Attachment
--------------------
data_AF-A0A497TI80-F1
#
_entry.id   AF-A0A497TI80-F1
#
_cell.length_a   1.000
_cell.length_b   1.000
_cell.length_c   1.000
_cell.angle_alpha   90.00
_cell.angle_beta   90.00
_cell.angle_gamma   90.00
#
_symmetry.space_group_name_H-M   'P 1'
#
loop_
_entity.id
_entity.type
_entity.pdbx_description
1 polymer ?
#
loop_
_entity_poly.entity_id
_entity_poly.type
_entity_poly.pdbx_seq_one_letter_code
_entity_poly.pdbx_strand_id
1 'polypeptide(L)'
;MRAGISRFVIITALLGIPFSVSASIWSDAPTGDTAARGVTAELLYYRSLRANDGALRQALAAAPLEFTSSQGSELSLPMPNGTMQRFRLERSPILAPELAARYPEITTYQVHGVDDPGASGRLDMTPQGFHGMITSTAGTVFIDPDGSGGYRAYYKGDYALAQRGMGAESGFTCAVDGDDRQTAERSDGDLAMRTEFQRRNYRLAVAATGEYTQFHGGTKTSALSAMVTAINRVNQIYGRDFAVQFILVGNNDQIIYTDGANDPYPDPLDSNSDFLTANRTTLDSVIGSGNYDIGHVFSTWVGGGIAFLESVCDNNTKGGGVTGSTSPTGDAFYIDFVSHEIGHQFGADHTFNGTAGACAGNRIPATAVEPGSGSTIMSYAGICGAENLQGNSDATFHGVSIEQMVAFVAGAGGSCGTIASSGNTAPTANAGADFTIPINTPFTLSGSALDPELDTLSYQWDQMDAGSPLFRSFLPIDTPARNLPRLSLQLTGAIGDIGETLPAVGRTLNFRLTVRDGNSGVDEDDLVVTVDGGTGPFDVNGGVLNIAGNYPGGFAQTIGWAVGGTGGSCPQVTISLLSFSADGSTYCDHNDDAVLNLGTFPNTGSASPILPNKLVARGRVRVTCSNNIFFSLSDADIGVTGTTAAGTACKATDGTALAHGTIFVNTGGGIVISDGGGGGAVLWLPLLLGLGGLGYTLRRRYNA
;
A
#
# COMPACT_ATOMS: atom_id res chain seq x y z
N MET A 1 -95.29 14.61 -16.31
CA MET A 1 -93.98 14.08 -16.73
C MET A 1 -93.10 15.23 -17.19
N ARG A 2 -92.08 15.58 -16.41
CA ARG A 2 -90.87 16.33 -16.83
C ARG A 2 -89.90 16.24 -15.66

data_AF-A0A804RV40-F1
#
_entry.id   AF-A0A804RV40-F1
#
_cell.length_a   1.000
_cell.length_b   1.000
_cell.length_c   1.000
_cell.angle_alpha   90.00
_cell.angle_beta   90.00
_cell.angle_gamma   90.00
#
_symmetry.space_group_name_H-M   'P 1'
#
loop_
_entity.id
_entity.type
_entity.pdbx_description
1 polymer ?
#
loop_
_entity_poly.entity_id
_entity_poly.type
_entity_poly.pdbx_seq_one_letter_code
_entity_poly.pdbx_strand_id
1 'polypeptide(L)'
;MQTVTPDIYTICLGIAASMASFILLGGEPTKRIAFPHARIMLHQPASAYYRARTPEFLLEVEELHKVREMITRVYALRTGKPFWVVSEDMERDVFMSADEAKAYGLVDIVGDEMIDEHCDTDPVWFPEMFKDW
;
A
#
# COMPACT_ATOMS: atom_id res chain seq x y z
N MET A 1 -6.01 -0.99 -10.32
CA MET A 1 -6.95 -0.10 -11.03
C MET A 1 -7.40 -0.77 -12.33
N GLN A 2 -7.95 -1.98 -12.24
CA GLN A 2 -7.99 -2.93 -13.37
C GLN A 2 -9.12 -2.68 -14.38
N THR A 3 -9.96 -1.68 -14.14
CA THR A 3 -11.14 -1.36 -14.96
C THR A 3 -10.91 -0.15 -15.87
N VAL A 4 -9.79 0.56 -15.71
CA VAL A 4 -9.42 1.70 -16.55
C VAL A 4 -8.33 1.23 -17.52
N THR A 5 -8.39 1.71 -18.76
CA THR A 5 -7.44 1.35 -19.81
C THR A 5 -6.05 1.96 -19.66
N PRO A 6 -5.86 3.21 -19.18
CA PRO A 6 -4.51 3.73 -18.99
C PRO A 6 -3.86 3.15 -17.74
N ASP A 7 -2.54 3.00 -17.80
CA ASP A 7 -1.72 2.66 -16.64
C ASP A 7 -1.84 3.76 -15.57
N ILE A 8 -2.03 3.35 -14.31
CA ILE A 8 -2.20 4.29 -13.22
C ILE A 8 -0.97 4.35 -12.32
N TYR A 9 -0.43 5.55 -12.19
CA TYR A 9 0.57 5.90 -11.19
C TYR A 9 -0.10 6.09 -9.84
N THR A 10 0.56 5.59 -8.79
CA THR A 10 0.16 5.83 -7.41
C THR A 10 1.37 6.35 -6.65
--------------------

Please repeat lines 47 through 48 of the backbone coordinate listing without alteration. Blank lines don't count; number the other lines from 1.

#
_symmetry.space_group_name_H-M   'P 1'